Katharina Lapin , Sven Bacher , Thomas Cech , Rok Damjanić , Franz Essl , Freya-Isabel Georges , Gernot Hoch , Andreja Kavčič , András Koltay , Saša Kostić , Ivan Lukić , Aleksander Marinšek , László Nagy , Sanja Novak Agbaba , Janine Oettel , Saša Orlović , Leopold Poljaković-Pajnik , Markus Sallmannshofer , Martin Steinkellner , Srdjan Stojnic , Marjana Westergren , Milica Zlatkovic , Anita Zolles , Maarten de Groot
October 07 2021
October 07 2021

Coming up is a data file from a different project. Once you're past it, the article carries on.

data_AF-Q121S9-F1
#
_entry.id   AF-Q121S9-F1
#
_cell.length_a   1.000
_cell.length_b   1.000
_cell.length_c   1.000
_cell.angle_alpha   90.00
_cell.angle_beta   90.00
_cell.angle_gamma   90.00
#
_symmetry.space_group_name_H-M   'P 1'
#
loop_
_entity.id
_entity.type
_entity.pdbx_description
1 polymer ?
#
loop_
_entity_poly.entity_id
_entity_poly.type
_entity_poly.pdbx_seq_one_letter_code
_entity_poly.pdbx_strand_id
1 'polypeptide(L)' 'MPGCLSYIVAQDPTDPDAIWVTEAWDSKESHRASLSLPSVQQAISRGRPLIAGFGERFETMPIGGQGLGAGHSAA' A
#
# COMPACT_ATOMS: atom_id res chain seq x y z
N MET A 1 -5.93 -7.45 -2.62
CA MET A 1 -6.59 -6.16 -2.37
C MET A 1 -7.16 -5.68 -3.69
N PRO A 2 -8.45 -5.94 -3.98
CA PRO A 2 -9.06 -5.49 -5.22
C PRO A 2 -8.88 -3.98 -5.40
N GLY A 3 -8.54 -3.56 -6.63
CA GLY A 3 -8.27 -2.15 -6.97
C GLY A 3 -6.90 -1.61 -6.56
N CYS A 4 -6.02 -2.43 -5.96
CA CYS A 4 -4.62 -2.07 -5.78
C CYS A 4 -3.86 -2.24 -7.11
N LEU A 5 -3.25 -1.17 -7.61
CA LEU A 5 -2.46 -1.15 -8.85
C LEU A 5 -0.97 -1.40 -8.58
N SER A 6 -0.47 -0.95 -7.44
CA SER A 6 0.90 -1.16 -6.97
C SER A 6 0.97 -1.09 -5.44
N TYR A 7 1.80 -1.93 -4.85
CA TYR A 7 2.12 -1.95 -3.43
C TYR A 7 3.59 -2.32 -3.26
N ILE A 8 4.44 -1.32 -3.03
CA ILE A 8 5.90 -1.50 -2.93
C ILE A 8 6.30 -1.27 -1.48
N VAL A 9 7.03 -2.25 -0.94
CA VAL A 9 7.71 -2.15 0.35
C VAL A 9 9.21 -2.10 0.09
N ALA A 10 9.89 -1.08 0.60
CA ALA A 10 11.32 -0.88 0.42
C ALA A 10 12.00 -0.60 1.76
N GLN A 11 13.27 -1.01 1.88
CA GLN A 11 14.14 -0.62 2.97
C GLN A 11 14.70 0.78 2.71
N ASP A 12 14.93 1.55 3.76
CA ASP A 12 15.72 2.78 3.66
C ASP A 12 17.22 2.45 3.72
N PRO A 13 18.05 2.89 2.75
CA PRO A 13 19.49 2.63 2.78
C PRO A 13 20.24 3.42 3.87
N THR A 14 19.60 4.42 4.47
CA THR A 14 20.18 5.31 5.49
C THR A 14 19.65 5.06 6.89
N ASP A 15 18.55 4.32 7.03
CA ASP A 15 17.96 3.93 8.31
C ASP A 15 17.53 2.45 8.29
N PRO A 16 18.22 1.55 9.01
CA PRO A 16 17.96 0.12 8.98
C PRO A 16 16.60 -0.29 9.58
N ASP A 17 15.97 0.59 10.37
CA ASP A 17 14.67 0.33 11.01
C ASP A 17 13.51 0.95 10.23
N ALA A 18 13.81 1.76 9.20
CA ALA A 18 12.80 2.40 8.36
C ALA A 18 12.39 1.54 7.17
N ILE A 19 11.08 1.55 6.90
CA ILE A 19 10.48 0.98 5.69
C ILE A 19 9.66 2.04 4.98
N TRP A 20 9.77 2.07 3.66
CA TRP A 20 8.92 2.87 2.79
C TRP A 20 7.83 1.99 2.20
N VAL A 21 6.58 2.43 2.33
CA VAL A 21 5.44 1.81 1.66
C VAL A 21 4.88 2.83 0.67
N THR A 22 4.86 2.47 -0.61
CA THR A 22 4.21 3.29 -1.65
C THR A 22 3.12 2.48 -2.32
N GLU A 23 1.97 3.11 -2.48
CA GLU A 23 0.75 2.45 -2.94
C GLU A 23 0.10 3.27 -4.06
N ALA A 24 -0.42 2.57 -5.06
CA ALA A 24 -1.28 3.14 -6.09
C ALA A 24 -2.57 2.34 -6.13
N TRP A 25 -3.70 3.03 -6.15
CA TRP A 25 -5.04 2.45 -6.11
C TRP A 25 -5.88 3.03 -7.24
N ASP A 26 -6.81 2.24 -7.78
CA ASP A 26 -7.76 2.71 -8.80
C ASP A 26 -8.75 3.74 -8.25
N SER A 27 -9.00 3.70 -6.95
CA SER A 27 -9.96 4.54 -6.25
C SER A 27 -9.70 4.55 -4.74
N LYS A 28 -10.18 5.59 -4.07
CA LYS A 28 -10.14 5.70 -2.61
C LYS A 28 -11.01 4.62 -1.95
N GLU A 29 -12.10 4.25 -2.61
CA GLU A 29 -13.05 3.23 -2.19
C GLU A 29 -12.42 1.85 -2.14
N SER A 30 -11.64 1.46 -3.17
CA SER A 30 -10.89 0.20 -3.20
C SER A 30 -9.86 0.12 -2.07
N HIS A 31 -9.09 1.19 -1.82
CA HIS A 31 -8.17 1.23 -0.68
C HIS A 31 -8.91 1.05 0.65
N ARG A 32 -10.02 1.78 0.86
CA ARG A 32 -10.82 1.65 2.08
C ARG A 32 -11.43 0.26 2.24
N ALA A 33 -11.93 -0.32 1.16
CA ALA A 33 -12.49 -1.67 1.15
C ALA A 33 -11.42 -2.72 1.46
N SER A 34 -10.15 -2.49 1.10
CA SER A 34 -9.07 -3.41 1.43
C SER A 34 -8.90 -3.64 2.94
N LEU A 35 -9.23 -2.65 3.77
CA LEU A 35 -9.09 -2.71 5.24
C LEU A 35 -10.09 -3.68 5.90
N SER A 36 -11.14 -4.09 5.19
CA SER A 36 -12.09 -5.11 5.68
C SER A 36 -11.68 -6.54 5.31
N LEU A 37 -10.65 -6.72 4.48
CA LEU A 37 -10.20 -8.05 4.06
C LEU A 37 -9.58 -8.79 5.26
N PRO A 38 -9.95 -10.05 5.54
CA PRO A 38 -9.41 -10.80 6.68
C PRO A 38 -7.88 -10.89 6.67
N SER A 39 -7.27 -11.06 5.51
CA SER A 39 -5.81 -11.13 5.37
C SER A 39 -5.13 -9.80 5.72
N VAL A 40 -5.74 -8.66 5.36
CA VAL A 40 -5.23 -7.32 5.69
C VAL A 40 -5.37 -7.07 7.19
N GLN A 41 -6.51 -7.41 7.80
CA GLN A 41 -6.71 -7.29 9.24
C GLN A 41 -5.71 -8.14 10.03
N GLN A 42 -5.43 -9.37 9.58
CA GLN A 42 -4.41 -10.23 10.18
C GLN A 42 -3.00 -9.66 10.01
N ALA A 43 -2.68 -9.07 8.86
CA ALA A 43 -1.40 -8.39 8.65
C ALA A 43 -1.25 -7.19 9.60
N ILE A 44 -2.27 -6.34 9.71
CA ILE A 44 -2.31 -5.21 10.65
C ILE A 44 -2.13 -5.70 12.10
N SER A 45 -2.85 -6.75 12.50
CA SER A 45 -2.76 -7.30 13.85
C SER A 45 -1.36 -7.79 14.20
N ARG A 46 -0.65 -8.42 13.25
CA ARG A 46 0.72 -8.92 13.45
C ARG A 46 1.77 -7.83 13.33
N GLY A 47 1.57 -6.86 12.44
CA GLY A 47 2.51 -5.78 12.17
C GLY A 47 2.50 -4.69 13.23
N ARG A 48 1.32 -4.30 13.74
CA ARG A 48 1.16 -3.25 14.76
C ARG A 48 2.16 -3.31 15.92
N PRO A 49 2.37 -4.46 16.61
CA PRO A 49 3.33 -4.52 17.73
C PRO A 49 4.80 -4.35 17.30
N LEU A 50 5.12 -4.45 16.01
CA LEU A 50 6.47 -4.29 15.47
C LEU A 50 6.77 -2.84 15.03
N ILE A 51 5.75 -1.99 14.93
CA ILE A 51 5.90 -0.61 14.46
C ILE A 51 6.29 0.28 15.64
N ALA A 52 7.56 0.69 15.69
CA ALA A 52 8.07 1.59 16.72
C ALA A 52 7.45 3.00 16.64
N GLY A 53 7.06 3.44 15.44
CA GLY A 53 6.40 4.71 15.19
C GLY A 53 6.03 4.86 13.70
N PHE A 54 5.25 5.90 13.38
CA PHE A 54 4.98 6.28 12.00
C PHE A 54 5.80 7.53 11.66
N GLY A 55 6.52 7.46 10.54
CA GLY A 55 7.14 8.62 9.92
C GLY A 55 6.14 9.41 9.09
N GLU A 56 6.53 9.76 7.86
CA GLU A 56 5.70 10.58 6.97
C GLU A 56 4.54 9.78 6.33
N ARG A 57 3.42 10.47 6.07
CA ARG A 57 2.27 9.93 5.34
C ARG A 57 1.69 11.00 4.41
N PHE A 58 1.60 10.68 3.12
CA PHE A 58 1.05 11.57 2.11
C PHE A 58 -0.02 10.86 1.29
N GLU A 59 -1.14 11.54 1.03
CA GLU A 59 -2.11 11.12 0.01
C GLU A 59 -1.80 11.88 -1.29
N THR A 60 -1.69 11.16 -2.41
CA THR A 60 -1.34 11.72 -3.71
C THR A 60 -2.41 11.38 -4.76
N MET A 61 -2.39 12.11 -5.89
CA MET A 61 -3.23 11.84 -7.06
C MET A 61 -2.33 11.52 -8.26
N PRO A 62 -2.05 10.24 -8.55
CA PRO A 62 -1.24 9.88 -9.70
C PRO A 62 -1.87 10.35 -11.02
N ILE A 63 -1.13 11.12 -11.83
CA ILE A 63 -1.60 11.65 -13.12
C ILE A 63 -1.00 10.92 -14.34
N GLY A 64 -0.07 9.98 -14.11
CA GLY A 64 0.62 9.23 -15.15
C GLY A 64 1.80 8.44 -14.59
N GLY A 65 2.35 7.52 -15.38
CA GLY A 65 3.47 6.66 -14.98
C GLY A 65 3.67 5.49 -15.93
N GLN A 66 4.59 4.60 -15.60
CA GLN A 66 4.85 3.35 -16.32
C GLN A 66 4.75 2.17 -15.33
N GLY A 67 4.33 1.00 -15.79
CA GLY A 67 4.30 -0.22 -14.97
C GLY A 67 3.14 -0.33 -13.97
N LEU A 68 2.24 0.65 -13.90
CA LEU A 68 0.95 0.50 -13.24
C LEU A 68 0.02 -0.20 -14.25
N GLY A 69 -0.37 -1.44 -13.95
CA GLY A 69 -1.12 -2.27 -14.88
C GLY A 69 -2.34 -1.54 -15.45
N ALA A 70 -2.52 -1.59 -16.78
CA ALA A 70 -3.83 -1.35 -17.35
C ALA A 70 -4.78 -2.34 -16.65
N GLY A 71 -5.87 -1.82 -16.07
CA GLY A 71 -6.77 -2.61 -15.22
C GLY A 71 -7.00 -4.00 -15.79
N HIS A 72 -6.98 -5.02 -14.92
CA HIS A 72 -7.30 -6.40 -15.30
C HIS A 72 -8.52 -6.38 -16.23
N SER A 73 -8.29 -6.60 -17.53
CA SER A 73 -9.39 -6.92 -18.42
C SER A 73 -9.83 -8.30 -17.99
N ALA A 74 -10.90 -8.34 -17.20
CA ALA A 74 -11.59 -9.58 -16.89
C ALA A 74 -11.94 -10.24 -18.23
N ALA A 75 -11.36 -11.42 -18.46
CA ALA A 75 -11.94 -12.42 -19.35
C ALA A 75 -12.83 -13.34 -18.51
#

The prioritization of alien species according to the magnitude of their environmental impacts has become increasingly important for the management of invasive alien species. In this study, we applied the Environmental Impact Classification of Alien Taxa (EICAT) to classify alien taxa from three different taxonomic groups to facilitate the prioritisation of management actions for the threatened riparian forests of the Mura-Drava-Danube Biosphere Reserve, South East Europe. With local experts we collated a list of 198 alien species (115 plants, 45 insects, and 38 fungi) with populations reported in southeast European forest ecosystems and included them in the EICAT. We found impact reports for 114 species. Eleven of these species caused local extinctions of a native species, 35 led to a population decrease, 51 to a reduction in performance in at least one native species and for 17 alien species no effects on individual fitness of native species were detected. Fungi had significantly highest impact and were more likely to have information on their impacts reported. Competition and parasitism were the most important impact mechanisms of alien species. This study is, to our knowledge, the first application of EICAT to all known alien species of several taxonomic groups in a protected area. The impact rankings enabled to identify taxa that generally cause high impacts and to prioritize species for the management in protected areas according to their impact magnitudes. By following a standardized impact protocol, we identified several alien species causing high impacts that do not appear on any expert-based risk list, which are relevant for policymakers. Thus, we recommend that alien species be systematically screened to identify knowledge gaps and prioritize their management with respect to spatio-temporal trends in impact magnitudes.